Take a Ride

Those wanting to experience the thrill of dog mushing firsthand can take a dog sledding and kennel tour from many dog kennels throughout Alaska. These can range from a couple of hours to spending several days exploring the backcountry, guided by seasoned mushers. Spending time getting to know the dogs and their importance to life in the state is not only an unforgettable adventure but an amazing source of insight into Alaska’s culture.

Learn more about dog mushing and dog sled tours in Alaska.

Dog sledding tour in Girdwood, Alaska.
Photo Credit: ATIA, Matt Hage

Skiing & Snowboarding

Alpine sports in Alaska are a way of life. Whether you’re simply looking for a good workout and beautiful surroundings, or you’re a thrill-seeking, deep-powder addict, Alaska has an experience for everyone. From backcountry heli-skiing to lift-assisted downhill skiing to cross-country skiing on groomed trails, Alaska is an outdoor recreationalist paradise.

Downhill Skiing & Snowboarding

Alaska’s combination of stunning mountain ranges, northerly latitude, and its location next to the Pacific Ocean make it a perfect destination for downhill skiers and snowboarders. While major resorts towns like Girdwood see upwards of 650 inches of snow per year, it isn’t just about quantity. The snow comes in wet, meaning it clings to even the steepest slopes, before drying in cold dry air to leave the perfect powder. This quality of snow makes downhill skiing and snowboarding the cornerstone of winter outdoor recreation in Alaska.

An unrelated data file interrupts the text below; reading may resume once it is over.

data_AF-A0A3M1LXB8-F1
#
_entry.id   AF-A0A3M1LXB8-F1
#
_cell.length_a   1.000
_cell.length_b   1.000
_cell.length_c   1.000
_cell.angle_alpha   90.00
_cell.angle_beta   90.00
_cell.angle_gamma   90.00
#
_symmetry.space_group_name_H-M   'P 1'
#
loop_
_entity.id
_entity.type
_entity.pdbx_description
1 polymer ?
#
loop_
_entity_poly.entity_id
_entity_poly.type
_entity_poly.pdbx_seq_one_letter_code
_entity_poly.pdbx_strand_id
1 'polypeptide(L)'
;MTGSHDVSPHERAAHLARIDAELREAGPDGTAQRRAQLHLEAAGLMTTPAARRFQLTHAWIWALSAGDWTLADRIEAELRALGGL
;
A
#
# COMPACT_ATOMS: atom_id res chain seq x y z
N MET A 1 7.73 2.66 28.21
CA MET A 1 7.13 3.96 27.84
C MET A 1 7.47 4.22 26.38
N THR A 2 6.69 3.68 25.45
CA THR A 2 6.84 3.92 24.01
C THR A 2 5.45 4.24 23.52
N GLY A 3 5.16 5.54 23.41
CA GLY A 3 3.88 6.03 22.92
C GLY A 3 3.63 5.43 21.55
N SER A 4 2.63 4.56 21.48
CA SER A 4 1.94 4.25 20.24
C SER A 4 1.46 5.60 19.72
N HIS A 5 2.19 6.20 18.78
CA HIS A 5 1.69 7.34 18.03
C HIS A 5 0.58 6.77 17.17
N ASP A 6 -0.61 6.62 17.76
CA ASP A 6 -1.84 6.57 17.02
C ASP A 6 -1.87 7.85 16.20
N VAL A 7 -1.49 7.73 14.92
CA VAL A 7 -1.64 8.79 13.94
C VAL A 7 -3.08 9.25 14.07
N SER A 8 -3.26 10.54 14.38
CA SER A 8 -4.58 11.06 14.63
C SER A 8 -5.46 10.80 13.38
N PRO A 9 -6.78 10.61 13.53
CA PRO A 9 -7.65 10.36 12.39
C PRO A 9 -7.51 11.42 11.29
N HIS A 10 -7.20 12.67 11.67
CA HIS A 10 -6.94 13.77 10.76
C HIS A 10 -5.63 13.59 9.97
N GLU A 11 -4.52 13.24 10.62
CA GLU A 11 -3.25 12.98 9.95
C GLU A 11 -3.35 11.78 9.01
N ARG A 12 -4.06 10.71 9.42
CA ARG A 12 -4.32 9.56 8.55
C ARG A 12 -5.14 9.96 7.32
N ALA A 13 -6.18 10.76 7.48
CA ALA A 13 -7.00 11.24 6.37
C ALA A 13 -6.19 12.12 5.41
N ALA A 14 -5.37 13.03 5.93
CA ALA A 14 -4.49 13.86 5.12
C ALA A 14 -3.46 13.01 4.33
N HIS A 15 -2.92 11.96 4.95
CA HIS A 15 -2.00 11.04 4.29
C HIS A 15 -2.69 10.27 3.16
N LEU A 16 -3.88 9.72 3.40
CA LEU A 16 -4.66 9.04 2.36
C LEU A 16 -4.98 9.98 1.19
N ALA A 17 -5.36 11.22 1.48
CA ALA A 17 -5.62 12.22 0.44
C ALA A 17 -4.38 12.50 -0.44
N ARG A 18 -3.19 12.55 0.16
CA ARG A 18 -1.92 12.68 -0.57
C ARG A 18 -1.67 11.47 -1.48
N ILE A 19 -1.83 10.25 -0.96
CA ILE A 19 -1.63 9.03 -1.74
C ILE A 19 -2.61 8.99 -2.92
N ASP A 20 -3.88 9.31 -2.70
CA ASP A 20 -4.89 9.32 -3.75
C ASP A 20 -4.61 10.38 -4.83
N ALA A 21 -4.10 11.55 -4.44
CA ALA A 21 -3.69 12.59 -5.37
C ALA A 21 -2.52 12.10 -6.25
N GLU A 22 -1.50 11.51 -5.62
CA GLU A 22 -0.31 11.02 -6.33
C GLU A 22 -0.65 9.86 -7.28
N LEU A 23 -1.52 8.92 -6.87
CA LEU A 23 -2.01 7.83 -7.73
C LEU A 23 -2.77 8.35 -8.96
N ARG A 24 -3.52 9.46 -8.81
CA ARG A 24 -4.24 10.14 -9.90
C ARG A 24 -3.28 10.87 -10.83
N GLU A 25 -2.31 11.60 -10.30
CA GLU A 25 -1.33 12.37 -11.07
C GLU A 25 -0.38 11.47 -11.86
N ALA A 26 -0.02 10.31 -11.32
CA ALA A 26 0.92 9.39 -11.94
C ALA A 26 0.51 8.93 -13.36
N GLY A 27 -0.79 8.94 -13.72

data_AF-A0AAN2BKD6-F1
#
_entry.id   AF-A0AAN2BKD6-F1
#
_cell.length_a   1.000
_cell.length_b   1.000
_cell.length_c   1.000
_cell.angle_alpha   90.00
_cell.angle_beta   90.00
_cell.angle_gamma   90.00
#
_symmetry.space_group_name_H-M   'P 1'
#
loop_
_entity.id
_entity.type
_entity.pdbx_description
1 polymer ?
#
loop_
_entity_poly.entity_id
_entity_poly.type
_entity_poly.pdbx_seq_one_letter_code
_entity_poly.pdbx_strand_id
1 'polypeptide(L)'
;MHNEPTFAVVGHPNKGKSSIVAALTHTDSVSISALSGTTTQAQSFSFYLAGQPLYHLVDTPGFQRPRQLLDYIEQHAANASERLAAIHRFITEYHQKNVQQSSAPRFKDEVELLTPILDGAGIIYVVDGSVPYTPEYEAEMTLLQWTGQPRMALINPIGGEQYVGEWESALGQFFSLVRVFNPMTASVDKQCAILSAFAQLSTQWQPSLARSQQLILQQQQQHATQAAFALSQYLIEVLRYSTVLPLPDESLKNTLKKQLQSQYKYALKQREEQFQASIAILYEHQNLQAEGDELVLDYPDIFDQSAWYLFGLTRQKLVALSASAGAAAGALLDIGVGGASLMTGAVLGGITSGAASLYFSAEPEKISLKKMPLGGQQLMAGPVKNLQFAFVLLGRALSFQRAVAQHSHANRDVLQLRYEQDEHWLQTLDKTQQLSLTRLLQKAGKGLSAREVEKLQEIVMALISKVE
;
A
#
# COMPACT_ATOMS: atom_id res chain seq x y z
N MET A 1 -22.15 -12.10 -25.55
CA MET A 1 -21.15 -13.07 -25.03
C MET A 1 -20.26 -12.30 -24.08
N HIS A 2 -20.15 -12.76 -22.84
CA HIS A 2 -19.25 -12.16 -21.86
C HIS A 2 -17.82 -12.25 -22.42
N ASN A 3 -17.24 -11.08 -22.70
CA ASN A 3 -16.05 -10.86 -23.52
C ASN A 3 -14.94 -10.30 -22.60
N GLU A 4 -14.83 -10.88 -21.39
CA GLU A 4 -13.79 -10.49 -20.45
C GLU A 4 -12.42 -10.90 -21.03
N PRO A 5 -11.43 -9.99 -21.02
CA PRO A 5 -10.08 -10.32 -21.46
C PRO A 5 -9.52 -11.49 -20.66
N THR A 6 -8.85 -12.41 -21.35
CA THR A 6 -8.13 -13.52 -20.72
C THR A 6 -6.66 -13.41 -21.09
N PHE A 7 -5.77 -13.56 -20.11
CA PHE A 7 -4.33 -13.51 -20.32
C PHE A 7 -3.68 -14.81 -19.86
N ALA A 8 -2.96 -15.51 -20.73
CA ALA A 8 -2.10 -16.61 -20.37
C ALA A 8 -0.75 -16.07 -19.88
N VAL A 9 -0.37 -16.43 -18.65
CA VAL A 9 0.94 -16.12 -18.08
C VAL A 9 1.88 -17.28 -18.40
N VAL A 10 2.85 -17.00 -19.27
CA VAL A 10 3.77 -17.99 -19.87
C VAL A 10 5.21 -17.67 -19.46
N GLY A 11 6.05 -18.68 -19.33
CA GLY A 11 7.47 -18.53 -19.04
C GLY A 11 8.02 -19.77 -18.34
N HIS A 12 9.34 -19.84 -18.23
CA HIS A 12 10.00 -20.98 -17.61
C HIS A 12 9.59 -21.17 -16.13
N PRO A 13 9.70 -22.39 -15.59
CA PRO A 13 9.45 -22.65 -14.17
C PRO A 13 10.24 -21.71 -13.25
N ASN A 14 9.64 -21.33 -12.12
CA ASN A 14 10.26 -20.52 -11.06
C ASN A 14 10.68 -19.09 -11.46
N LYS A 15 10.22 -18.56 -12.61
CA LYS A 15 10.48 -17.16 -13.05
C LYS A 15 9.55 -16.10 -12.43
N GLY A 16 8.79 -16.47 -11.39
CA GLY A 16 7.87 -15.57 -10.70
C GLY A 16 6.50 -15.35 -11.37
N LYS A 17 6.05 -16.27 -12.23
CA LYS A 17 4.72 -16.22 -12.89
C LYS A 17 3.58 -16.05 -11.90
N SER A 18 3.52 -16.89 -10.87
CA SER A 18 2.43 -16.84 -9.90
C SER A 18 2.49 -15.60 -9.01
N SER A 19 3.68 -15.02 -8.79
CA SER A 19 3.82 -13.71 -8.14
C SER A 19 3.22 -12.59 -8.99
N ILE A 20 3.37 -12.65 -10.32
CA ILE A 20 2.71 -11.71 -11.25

Cross Country Skiing

Trails that form the playground for bikers, runners, and walkers during the summer months hand the reins (or poles) over to cross-country skiers during winter in Alaska. Many towns have groomed trails and outfitters that rent equipment, so wherever your Alaska winter itinerary takes you, a ski through the state’s dazzling terrain can create unforgettable memories for your trip.


Due to daylight and snow conditions, February through April tend to be the best times in Alaska for heli-skiing. Adventurous skiers can experience the thrill of arriving on a mountaintop by helicopter before descending through stunning mountain terrain, taking full advantage of the perfect climate for winter outdoor recreation Alaska provides. Some operators offer day trips, while several remote wilderness lodges throughout the state lead multi-day itineraries centered around heli-skiing.

Learn more about skiing and snowboarding in Alaska.

Cross country skiers at Independence Mine State Historical Park in Mat-Su Valley, Alaska.
Photo Credit: ATIA, Matt Hage


In Alaska, no wilderness is too far out of reach to explore, and a snowmobile is often the best way to get there. Numerous tour operators offer both guided and unguided treks into the backcountry for riders of all abilities. Some excellent snowmobiling locations include Fairbanks, Denali, Talkeetna, Valdez, Haines, the Mat-Su Valley, Girdwood, and the Kenai Peninsula. Oh, and if you do go snowmobiling in Alaska, don’t be confused if people start talking about snowmachines — that’s the local vernacular for the backcountry machines.

Where to Go

Some excellent snowmobiling locations include Fairbanks, Denali, Talkeetna, Valdez, Haines, the Mat-Su Valley, Girdwood, and the Kenai Peninsula. For access to the most remote locations, such as the Nelchina or Spencer Glaciers, consider a snowmachine tour.

Snowmachine Tours

Numerous tour operators offer both guided and unguided treks into the backcountry for riders of all abilities. With expert guides to instruct you on the proper use of your snowmachine, a tour enables you to explore some of Alaska’s most inaccessible terrain, including the state’s clear blue glaciers and hidden ice caves.